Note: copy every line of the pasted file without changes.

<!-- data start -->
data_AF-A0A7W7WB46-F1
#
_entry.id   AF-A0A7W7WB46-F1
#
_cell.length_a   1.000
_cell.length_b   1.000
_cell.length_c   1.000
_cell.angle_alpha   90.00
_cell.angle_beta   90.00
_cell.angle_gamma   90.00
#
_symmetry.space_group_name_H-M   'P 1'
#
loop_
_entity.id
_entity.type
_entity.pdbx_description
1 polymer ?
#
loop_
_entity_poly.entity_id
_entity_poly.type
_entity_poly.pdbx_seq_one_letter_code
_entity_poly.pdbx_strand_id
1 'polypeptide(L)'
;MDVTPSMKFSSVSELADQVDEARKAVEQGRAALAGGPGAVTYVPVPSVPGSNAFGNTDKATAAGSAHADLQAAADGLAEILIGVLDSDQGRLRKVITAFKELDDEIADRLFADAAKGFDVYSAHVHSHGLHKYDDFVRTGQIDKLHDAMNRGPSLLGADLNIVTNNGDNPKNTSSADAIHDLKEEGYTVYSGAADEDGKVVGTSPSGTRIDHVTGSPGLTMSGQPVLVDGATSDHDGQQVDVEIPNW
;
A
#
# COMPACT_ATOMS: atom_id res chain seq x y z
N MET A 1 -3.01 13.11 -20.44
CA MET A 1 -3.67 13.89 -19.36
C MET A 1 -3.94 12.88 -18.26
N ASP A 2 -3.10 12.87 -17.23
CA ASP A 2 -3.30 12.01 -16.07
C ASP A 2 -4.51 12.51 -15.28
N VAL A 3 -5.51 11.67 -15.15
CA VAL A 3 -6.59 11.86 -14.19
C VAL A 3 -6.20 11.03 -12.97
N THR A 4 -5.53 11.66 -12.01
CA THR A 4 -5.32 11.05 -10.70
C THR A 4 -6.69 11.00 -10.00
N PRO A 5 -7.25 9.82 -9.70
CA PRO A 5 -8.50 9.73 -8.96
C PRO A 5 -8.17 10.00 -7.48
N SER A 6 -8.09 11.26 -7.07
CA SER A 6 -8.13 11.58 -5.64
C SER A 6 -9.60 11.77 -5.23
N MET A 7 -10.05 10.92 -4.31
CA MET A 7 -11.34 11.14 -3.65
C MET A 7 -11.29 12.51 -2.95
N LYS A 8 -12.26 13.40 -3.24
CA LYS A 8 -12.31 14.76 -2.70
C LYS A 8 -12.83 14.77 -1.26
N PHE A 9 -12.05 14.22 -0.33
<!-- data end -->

data_AF-A0A7W7WB46-F1
#
_entry.id   AF-A0A7W7WB46-F1
#
_cell.length_a   1.000
_cell.length_b   1.000
_cell.length_c   1.000
_cell.angle_alpha   90.00
_cell.angle_beta   90.00
_cell.angle_gamma   90.00
#
_symmetry.space_group_name_H-M   'P 1'
#
loop_
_entity.id
_entity.type
_entity.pdbx_description
1 polymer ?
#
loop_
_entity_poly.entity_id
_entity_poly.type
_entity_poly.pdbx_seq_one_letter_code
_entity_poly.pdbx_strand_id
1 'polypeptide(L)'
;MDVTPSMKFSSVSELADQVDEARKAVEQGRAALAGGPGAVTYVPVPSVPGSNAFGNTDKATAAGSAHADLQAAADGLAEILIGVLDSDQGRLRKVITAFKELDDEIADRLFADAAKGFDVYSAHVHSHGLHKYDDFVRTGQIDKLHDAMNRGPSLLGADLNIVTNNGDNPKNTSSADAIHDLKEEGYTVYSGAADEDGKVVGTSPSGTRIDHVTGSPGLTMSGQPVLVDGATSDHDGQQVDVEIPNW
;
A
#
# COMPACT_ATOMS: atom_id res chain seq x y z
N MET A 1 -3.01 13.11 -20.44
CA MET A 1 -3.67 13.89 -19.36
C MET A 1 -3.94 12.88 -18.26
N ASP A 2 -3.10 12.87 -17.23
CA ASP A 2 -3.30 12.01 -16.07
C ASP A 2 -4.51 12.51 -15.28
N VAL A 3 -5.51 11.67 -15.15
CA VAL A 3 -6.59 11.86 -14.19
C VAL A 3 -6.20 11.03 -12.97
N THR A 4 -5.53 11.66 -12.01
CA THR A 4 -5.32 11.05 -10.70
C THR A 4 -6.69 11.00 -10.00
N PRO A 5 -7.25 9.82 -9.70
CA PRO A 5 -8.50 9.73 -8.96
C PRO A 5 -8.17 10.00 -7.48
N SER A 6 -8.09 11.26 -7.07
CA SER A 6 -8.13 11.58 -5.64
C SER A 6 -9.60 11.77 -5.23
N MET A 7 -10.05 10.92 -4.31
CA MET A 7 -11.34 11.14 -3.65
C MET A 7 -11.29 12.51 -2.95
N LYS A 8 -12.26 13.40 -3.24
CA LYS A 8 -12.31 14.76 -2.70
C LYS A 8 -12.83 14.77 -1.26
N PHE A 9 -12.05 14.22 -0.33